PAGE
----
Opinion: Be yourself…Rest

by Ololade Ajekigbe

At one time or the other, a couple of people have asked what I thought about the idea of being a celebrity, and if I ever wanted to be one. My answer was the same each time. I don’t want to be a celebrity in the sense of being so physically recognizable that I would hardly be able to buy roasted plantain by the roadside if I wanted to. I want to be known solely for what I do, my craft, and nothing else. I don’t want every Sade, Nnamdi and Hassan all up in my personal business, or thinking they have a right to tell me how to live my life because of some silly celebrity status. I always tell them I want the radio kind of popularity. I want people to know my name, not necessarily my face. Being a celebrity is a burden I am not quite sure I can bear well. The fuss about singer and songwriter, Simi’s mode of dressing is one of the reasons I never crave to be popular.

The songstress whose profile has seen a steady rise since she shot into limelight found herself at the receiving end of criticisms about her poor sense of style. From the far from flattering dress she donned to the eleventh edition of the Headies, to the high school inspired flared skirt she wore for her performance on the Big Brother Naija stage, to the spaghetti strap dress she wore to the latest edition of the AMVCAs, Nigerians, particularly those on social media have been relentless in pointing out Simi’s fashion flaws. And like every other topic that “social media warriors” decide to take on, the issue of Simi’s run-of-the-mill clothes has not only been over flogged, but morphed into borderline cyber bullying.

Can Simi do better with her choice of clothes, especially when she’s performing? I’d say yes. All the same, I think all the hullabaloo about the young lady’s style or lack thereof is exaggerated. As far as I am concerned, it’s not as bad as people are making it out to be. Secondly, it’s obvious that the kind of aura Simi radiates is one of your average girl next door. One doesn’t have to be close to her to observe it. This was further confirmed by someone who claimed to have spoken to her about her dressing. According to this source, the music star declared that she wasn’t interested in being a diva or being perceived as one, and would rather people focus on her music and nothing else. And I dare ask what’s wrong with that?

If everyone believes she needs to get a stylist to style her in a way that is becoming of her celebrity status (just like most of her colleagues in the industry) but the singer herself sees no need for that, why don’t we let her be? How is it so difficult to follow her advice and focus on the substance she churns out? Her fantastic music. The uproar over Simi and her dressing offers some kind of explanation as to why celebrities tend to go overboard in a bid to keep up appearances. While the average adult should be able stand their ground and stave off pressure and influence they don’t want, individuals are different. Not everyone is endowed with the willpower required to be unswayed by popular opinion.

The recent show of shame by a Nollywood actor who tried to claim dogs that didn’t belong to her, and got caught in the process only goes to show what happens when people are under tremendous pressure to keep up with the Joneses. It’s the unfortunate reality of our world today. A world where frivolities…the ephemeral things of life are elevated above substance. A society where a man’s worth is defined by panache and riches. And so when we have stars like Simi who simply want to remain as ordinary as possible in spite of a talent that ensures they are thrust in the public eye, we can’t seem to wrap our minds around why they’d want to be like that.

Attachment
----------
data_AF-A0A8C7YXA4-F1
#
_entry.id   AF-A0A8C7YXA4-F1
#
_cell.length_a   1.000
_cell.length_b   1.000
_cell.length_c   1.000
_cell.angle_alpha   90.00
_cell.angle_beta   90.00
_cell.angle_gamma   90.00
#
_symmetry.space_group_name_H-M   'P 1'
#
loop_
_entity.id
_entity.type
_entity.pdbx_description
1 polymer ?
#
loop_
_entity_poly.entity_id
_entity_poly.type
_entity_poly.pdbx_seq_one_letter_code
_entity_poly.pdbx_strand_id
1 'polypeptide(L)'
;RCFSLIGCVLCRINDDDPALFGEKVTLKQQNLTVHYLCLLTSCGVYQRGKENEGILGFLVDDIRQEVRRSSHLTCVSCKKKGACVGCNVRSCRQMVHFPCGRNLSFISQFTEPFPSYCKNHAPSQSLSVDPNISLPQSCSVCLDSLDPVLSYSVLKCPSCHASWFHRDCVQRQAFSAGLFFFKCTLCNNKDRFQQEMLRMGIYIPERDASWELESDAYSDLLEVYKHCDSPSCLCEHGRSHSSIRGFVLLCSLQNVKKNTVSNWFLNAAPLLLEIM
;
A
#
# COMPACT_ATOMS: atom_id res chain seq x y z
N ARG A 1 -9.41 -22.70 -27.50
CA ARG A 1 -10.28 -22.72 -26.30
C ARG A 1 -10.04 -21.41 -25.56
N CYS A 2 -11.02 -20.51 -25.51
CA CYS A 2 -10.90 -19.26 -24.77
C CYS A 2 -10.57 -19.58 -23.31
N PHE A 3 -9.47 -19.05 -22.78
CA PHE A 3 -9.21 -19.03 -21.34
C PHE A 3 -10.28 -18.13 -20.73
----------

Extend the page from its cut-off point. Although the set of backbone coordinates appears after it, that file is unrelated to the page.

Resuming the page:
In one breath we preach that people should be themselves and not bow to the whims and caprices of a society whose values are constantly changing. In the next, we “crucify” those who actually dare to express that same individuality. It is this realization that should make any right thinking person take societal expectations with a pinch of salt. Truth is, society can never be pleased. Society tells you how you should live your life, and when you do that and get hurt or find yourself in trouble in the process, the same society bashes you for not being bold enough to live life on your own terms. It’s a lose-lose situation.

Not many things elicit the sort of peace of mind that comes with knowing you’re living a life that’s true to your person. A life that isn’t dictated by the urge to please anyone, or endlessly chasing elusive inanities that hardly add value. As long as we are humans with hopes and aspirations we will naturally have goals to achieve, however, in our quest for fulfillment we must not lose the essence of our being.

How do people who try to portray what they are not do it anyway? I mean, it must take an incredible amount of energy to constantly strive to live up to an artificial status. To be gutsy enough to shun the cabal called society, and all its appurtenances is a rare attribute, but it’s the only way to be find peace and be truly happy.

In being ourselves we put out a unique authenticity that only we possess, but more importantly we live a life devoid of pretence. And we rest in this truth.

Op–ed pieces and contributions are the opinions of the writers only and do not represent the opinions of Y!/YNaija

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